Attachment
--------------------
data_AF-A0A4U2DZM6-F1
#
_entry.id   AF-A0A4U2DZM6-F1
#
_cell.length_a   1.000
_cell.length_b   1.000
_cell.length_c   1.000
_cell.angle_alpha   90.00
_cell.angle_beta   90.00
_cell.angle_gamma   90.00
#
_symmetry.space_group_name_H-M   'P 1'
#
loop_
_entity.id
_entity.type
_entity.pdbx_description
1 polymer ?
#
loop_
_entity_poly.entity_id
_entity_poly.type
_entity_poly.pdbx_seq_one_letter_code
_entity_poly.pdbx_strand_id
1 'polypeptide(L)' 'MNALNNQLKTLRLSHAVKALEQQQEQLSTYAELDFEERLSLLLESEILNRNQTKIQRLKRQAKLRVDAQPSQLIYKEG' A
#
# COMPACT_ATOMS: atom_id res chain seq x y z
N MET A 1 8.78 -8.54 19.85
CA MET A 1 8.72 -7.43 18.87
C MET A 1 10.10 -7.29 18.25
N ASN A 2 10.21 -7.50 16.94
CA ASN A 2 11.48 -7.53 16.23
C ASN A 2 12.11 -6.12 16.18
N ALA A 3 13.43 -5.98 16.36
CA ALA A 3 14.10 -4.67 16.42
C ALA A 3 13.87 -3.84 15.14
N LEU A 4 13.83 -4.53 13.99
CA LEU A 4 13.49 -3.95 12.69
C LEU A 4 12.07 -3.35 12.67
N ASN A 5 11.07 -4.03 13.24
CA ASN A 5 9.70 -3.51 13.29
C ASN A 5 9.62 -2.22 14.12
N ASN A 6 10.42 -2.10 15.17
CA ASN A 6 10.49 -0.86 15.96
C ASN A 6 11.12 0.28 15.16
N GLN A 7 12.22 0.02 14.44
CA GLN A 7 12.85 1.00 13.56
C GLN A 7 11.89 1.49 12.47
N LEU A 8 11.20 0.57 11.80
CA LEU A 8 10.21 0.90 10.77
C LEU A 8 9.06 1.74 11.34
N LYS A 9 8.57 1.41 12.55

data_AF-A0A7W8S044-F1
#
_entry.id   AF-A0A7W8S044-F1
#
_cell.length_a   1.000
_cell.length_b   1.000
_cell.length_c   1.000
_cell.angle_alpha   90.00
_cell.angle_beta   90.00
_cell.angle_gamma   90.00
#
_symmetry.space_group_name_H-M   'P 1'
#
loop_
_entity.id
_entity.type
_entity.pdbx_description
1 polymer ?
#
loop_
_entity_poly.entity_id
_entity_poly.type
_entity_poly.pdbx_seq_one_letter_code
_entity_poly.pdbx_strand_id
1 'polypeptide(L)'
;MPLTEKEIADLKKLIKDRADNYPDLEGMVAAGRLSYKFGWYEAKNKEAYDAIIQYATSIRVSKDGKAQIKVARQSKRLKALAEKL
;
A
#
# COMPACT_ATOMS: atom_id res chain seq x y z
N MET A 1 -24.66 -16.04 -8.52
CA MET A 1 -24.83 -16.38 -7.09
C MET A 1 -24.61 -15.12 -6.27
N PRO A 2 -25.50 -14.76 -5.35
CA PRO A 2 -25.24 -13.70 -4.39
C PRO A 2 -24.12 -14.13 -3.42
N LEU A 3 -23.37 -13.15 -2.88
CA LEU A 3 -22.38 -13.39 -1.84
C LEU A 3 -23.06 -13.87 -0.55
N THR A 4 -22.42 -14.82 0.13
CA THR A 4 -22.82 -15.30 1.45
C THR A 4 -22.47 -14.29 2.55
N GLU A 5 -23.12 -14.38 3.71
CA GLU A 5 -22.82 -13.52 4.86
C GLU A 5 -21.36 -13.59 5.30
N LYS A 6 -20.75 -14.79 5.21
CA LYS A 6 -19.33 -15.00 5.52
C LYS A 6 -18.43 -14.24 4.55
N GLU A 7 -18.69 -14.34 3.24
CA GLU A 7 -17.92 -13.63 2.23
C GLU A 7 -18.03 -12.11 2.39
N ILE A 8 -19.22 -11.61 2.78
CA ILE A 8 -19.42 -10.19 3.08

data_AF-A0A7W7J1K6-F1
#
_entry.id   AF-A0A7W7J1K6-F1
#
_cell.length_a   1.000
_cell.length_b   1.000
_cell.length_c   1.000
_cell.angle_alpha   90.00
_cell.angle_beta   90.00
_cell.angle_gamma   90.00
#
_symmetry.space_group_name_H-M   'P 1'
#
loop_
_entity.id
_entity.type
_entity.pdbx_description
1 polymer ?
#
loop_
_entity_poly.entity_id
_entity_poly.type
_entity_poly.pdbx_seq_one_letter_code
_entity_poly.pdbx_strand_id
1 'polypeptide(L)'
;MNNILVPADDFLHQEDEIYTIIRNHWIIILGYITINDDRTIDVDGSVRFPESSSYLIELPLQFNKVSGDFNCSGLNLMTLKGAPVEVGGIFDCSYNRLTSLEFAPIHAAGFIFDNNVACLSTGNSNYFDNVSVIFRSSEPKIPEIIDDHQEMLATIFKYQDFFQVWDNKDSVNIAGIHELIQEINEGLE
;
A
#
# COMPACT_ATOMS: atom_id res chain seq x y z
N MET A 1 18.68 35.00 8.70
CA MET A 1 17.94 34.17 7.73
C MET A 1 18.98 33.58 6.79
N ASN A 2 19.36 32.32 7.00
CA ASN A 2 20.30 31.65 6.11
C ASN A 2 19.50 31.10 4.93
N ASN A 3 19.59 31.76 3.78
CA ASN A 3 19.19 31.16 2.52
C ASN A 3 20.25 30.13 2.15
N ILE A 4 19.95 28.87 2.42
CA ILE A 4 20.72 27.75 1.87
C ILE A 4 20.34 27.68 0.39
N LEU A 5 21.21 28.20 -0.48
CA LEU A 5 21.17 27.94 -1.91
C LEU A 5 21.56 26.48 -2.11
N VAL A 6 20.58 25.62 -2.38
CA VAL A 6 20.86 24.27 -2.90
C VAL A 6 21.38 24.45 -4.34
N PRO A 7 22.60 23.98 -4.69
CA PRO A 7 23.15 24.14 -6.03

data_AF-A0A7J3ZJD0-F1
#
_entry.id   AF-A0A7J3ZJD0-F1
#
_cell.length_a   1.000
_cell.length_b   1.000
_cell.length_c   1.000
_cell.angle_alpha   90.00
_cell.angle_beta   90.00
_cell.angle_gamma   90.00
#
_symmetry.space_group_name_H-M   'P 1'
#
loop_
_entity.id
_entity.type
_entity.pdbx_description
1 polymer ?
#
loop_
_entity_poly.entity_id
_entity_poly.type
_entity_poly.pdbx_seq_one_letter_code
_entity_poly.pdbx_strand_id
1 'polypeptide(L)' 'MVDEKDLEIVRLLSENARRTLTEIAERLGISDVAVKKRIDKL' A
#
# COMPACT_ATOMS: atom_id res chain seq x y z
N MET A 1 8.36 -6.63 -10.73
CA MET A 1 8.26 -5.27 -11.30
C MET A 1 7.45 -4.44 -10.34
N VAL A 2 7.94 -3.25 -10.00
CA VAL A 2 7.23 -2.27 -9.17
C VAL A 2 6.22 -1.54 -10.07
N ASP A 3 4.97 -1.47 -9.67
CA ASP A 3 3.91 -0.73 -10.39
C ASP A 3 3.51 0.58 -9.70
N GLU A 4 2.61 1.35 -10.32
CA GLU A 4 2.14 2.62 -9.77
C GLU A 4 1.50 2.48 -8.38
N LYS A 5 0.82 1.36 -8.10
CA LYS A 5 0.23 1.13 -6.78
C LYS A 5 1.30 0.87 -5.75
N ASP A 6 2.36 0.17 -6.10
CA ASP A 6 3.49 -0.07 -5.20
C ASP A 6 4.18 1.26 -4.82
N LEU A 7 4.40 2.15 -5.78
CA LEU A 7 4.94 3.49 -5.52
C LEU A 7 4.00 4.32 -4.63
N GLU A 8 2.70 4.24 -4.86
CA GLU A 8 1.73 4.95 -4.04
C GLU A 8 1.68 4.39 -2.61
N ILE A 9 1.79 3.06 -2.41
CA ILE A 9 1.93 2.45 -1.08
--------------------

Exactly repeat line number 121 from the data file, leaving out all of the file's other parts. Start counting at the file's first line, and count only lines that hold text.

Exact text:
_entity.type